Roasted figs bursting with hot, honeyed pulp. The smell of sun-drenched lavender and rosemary mingling with the salty ocean air. When you’re creating a world in fiction, you want your readers to experience that world from your characters’ point of view. You want to filter characters’ emotion through their senses so readers can plunge into a moment and see, hear, smell, and touch right along with them.
Making all this happen on the page is no mean feat! That’s one reason I was excited about attending a workshop called “Using Your Senses in Writing,” conducted by Judith Lindbergh, author of a very sensual novel, The Thrall’s Tale, and Michelle Cameron, author of The Fruit of Her Hands. As creative triggers, Judith and Michelle employed a series of exercises using art, music, herbs, chocolate, and juicy clementines — all designed to spark evocative sensory prose. It was a fun and revealing afternoon. A few takeaways:
Our language is very visually oriented, so this sense tends to dominate our narratives.
Music is very suggestive: one way to evoke a mood your character is experiencing is to start a writing session by listening to music that mirrors the mood you want to convey.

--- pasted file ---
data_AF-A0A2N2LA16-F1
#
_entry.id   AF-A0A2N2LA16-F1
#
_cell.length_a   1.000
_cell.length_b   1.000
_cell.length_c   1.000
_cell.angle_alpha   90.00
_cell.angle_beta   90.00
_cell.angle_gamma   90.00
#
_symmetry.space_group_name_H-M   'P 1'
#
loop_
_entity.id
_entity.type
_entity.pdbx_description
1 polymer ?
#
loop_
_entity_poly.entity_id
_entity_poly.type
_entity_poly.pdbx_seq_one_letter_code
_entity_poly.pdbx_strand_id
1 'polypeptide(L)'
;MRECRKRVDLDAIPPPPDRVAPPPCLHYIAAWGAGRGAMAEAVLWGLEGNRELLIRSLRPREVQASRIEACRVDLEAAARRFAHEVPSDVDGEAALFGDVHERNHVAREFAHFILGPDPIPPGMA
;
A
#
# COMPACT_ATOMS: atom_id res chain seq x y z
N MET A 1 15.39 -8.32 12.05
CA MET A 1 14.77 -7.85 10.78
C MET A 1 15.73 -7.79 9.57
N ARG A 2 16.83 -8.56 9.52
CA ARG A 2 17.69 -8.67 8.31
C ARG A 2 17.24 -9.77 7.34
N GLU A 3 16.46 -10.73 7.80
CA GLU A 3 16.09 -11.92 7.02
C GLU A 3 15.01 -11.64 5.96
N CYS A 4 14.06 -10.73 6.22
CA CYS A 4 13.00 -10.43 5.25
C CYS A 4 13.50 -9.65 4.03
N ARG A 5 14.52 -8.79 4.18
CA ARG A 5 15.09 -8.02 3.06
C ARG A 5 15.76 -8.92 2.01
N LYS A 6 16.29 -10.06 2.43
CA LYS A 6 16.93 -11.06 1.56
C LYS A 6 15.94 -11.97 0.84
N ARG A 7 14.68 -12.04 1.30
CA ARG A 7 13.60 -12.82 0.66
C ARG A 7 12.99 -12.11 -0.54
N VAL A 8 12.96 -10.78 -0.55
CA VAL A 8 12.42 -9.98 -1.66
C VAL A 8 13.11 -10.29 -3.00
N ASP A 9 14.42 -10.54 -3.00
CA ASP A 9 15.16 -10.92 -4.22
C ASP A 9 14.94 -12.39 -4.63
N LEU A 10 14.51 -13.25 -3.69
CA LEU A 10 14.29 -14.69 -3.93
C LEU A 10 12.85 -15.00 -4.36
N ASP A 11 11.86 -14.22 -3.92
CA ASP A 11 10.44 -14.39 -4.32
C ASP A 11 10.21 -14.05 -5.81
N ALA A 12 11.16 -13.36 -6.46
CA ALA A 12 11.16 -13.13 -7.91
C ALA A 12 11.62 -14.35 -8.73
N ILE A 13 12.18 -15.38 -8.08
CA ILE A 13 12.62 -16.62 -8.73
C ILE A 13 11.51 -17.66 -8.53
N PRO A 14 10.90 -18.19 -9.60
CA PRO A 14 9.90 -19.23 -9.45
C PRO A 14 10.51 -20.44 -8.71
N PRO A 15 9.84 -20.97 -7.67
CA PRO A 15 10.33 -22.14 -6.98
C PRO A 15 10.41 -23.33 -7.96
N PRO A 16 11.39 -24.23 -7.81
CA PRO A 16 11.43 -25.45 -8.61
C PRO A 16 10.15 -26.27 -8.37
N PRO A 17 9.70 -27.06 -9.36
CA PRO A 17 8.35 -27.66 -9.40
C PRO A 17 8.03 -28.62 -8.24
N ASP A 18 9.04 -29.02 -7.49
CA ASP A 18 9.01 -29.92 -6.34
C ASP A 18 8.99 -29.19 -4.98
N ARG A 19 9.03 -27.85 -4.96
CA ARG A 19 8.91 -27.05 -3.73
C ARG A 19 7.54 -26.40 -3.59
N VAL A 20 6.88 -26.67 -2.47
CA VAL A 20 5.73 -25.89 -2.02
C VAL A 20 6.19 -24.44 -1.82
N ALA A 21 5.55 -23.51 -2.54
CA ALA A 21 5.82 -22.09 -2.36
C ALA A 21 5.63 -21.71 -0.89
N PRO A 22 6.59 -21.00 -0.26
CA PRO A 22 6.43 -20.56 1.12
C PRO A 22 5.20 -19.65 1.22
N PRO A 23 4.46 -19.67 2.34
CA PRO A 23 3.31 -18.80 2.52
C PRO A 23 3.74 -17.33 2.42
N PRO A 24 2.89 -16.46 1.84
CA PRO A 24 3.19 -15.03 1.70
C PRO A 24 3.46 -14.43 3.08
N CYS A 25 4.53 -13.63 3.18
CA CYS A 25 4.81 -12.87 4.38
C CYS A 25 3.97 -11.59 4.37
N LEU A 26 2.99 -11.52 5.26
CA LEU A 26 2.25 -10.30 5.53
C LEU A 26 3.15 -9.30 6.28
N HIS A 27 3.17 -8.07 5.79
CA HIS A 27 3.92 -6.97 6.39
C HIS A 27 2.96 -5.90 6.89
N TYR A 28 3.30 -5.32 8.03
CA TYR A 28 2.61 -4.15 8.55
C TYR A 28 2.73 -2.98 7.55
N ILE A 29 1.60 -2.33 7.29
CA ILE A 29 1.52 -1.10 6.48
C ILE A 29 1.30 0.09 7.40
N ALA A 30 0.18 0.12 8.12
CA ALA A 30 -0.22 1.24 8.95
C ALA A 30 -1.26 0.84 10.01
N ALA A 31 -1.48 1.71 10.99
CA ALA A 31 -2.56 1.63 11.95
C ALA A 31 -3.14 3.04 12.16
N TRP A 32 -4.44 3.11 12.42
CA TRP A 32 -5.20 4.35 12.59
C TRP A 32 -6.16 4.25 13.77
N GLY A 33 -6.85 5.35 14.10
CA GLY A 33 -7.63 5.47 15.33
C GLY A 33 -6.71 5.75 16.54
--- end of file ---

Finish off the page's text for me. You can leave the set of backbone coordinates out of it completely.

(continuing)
Smell is the sense most connected to memory. Smell and taste create a complex mix that’s rich and yeasty.
Attention to detail and deep observation help your word jump off the page and plunge a reader into your world.
Slowing down enough to capture experience through the senses lets your readers be “in the moment” with your characters.
Start with the “bones” of your story, then add the “meat” through sensory descriptions.
All this has inspired me to Look at major scenes in my YA novel from a sensory point of view and ask myself, “Are there opportunities I’m missing? How can I make these moments richer and add more texture to them?
Along with this workshop, NJ-based The Writers Circle has ongoing groups and a speaker series on creating character, writing memoirs, and self publishing (www.writerscircleworkshops.com).
As you hone your descriptive skills, you might find it helpful to pick up a novel by one of your favorite authors and look for passages rich with evocative descriptions of sensory experience. While they’re not easy to find, they can be inspiring touchstones. Write on!